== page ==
Fruit juice could be rotting your child’s teeth
Dentists are warning against giving too much fruit juice to children because it has caused decay in the teeth of more than 1,200 toddlers in the UK. Although parents might be assuming that they are giving their children a healthy snack, in fact the sugar in the juice could be eating away at the teeth and may lead to tooth extractions later on.
The Health and Social Care Information Centre said that 1,235 children under the age of two had to be put under general anaesthetic to have teeth removed, including 134 who had only just grown their milk teeth. Dentists blame the problem on increasingly sugary diets, coupled with visiting the dental clinic less frequently.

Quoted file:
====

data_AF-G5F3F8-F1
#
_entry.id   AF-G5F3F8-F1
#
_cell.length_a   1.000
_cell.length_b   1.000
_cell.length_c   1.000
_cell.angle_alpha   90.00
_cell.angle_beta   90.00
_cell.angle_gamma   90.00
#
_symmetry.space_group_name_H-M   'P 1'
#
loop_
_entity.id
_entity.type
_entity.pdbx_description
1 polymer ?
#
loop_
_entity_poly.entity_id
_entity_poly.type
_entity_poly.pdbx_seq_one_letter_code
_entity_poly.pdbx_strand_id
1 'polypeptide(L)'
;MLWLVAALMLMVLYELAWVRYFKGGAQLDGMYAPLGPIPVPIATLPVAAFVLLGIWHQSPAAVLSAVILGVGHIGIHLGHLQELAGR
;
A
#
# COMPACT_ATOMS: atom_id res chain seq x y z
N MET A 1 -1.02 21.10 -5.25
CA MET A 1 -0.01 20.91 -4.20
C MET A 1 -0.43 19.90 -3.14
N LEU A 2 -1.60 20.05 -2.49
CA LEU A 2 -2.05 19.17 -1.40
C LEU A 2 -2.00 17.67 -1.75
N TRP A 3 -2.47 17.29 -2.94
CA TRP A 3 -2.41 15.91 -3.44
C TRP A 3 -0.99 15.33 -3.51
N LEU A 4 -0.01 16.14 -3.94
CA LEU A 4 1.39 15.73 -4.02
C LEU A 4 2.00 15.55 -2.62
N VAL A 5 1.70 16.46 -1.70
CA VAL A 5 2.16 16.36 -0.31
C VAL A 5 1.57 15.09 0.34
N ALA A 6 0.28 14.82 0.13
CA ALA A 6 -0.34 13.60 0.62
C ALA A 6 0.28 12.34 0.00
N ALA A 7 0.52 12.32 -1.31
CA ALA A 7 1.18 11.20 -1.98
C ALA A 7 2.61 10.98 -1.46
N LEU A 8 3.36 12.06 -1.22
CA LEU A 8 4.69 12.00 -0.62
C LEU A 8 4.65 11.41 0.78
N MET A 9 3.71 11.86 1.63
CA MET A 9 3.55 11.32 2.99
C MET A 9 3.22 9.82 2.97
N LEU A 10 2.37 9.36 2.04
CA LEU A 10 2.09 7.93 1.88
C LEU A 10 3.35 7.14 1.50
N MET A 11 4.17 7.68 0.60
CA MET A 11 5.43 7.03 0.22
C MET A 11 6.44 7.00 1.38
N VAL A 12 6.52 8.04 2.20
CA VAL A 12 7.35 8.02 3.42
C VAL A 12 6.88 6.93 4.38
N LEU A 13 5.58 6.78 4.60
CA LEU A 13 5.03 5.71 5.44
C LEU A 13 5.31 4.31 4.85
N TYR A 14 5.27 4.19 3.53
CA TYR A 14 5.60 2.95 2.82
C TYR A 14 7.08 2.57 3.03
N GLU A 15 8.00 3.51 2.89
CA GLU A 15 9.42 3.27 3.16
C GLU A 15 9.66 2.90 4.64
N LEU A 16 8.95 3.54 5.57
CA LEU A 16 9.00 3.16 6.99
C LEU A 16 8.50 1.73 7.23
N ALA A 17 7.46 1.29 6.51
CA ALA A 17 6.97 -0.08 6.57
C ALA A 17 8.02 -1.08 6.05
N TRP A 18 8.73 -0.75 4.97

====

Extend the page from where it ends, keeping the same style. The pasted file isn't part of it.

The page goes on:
Professor Damien Walmsley, scientific adviser at the British Dental Association (BDA) said that this problem can affect patients of any age but he explained that toddlers can get cavities because they are given too many sugary foods and drinks. He added that ‘most damaging of all’ is giving sugary drinks in bottles for children to sip during the night; Professor Walmsley said that tooth decay is ‘largely preventable’ and also ‘the main reason why youngsters are admitted to hospital to have a general anaesthetic.’
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